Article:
Sosnowski Looks to Further Agenda in 8th term
State senator pledges to work hard for District 37 after narrow victory.
State Sen. Susan Sosnowski faced her most difficult campaign yet as she eeked out a narrow victory last Tuesday to secure her eighth term. But the close race isn't slowing Sosnowski down as she plans to continue pushing her agenda of small business growth and support for Rhode Island agriculture.
District 37 voters reelected the Democratic senator over independent candidate Kevin R. O'Neill 51.4 percent to 48.6 percent to represent South Kingstown and New Shoreham.
Sosnowski attributes her narrow victory to a more fiery than usual campaign season, referring specifically to negative mailings sent out to voters by the O'Neill camp and an overall mood that incumbent politicians should be ousted. The mailings apparently pointed to her pro-choice view on abortion, which brought out the right to life vote in strength. Sosnowski feels the money spent on negative campaigning these days is "obscene," and pledges to campaign solely on the issues rather than attacking her opponents.
Sosnowski was first elected to the Rhode Island Senate in 1996 as a Republican. However, given her lack of support for Republican Gov. Lincoln Almond's veto of the Hospital Conversion Act, her party threatened to kick her out and she opted to become an independent in 1997. In the 1998 election, Sosnowski ran as a Democrat and was re-elected in a landslide over Republican candidate Martha Stamp. Sosnowski is the first woman to represent South Kingstown in the state Senate.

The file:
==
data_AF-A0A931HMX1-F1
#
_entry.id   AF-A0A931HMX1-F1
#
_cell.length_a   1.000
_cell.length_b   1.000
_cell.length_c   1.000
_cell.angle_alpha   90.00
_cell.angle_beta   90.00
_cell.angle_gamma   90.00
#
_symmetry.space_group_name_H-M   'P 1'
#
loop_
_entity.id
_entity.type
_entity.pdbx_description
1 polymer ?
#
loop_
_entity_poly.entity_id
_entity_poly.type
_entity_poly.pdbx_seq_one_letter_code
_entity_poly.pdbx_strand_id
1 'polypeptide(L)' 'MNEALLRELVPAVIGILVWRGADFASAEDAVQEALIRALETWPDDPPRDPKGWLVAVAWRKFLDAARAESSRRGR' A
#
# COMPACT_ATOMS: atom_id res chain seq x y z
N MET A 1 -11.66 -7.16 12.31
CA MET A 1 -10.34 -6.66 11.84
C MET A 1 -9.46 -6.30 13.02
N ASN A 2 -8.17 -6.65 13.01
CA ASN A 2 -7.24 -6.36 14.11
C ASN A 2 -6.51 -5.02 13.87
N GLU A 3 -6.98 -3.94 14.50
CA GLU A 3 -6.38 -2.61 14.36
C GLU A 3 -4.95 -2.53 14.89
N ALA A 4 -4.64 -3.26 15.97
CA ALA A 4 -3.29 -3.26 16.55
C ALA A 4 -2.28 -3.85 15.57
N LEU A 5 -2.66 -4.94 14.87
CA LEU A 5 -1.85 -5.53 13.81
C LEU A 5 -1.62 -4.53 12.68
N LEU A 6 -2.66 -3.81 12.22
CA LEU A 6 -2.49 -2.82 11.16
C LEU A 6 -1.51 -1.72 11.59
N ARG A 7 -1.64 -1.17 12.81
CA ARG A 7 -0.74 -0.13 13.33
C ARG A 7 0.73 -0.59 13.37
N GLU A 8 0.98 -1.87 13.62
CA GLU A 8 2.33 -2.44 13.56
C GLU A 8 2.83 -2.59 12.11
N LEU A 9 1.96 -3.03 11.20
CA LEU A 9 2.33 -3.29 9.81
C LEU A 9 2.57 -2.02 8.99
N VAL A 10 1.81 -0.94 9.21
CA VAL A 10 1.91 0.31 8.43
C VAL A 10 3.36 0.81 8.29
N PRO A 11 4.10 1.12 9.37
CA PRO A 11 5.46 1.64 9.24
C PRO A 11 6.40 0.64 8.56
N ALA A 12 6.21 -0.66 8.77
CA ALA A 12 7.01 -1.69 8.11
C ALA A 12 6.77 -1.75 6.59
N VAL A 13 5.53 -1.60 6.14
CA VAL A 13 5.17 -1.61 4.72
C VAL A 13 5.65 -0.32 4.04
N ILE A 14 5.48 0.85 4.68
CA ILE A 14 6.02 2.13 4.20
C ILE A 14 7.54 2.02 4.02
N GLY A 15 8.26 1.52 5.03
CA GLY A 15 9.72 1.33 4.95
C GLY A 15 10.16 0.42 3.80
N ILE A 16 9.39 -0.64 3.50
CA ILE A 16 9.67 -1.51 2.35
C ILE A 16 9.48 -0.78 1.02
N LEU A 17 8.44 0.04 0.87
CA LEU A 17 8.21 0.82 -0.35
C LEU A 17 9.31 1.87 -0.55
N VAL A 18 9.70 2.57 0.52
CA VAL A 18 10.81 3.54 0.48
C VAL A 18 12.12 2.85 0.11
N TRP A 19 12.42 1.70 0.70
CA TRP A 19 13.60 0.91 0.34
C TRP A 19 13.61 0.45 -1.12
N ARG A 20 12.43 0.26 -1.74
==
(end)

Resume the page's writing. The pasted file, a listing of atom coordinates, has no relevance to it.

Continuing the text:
Prior to becoming a senator, Sosnowski served on the South Kingstown Planning Board and was the lobbyist at the General Assembly for the R.I. Nursery and Landscape Association. During that time, she decided she could make a bigger impact as a legislator than as a lobbyist. "The R.I. Senate was well-intentioned, but didn't understand the needs of agriculture," Sosnowski said.
Some of the issues concerning agriculture in the 1990s that prompted Sosnowski to run for office were the AFL-CIO's attempted unionization of farm workers in Rhode Island and the reduction of farmland due to residential growth. Being an organic farmer in the senate, which consists largely of trial lawyers and the like, Sosnowski says she "had to work very, very hard" to have her agenda supported, emphasizing the need for suitable water resources and environmental regulations.
However, her efforts have paid off, as Rhode Island agriculture has flourished over the last decade. "In the 90s, there were about four farmers markets in Rhode Island. Today, there around 40," Sosnowski said. "Agriculture has been a bright spot in the Rhode Island economy for several years now."
Rhode Islanders are becoming increasingly interested in buying locally grown foods, and business is good for companies like Rhody Fresh, a cooperative of Rhode Island and Massachusetts dairy farmers.
As for small businesses, Sosnowski believes that the state should follow the agricultural model, reducing red tape and stifling regulations. "What worked 20 years ago isn't working now," she said.
Among Sosnowski's proudest accomplishments while serving in the senate are the passing of legislation banning smoking in businesses and public buildings, the reduction of the legal blood alcohol concentration for drivers from 0.1 to 0.08, and the authorization of an offshore wind farm off Block Island.
This term, Sosnowski plans to continue to work for small business, pursue pension reform, energy-related legislation for job creation (especially related to wind power), restructure the Coastal Resources Management Council, and maintain support of RI's commercial fishing fleet.
Sosnowski is especially grateful to those who supported her this past Election Day, and is looking forward to working with all the new faces in the state delegation.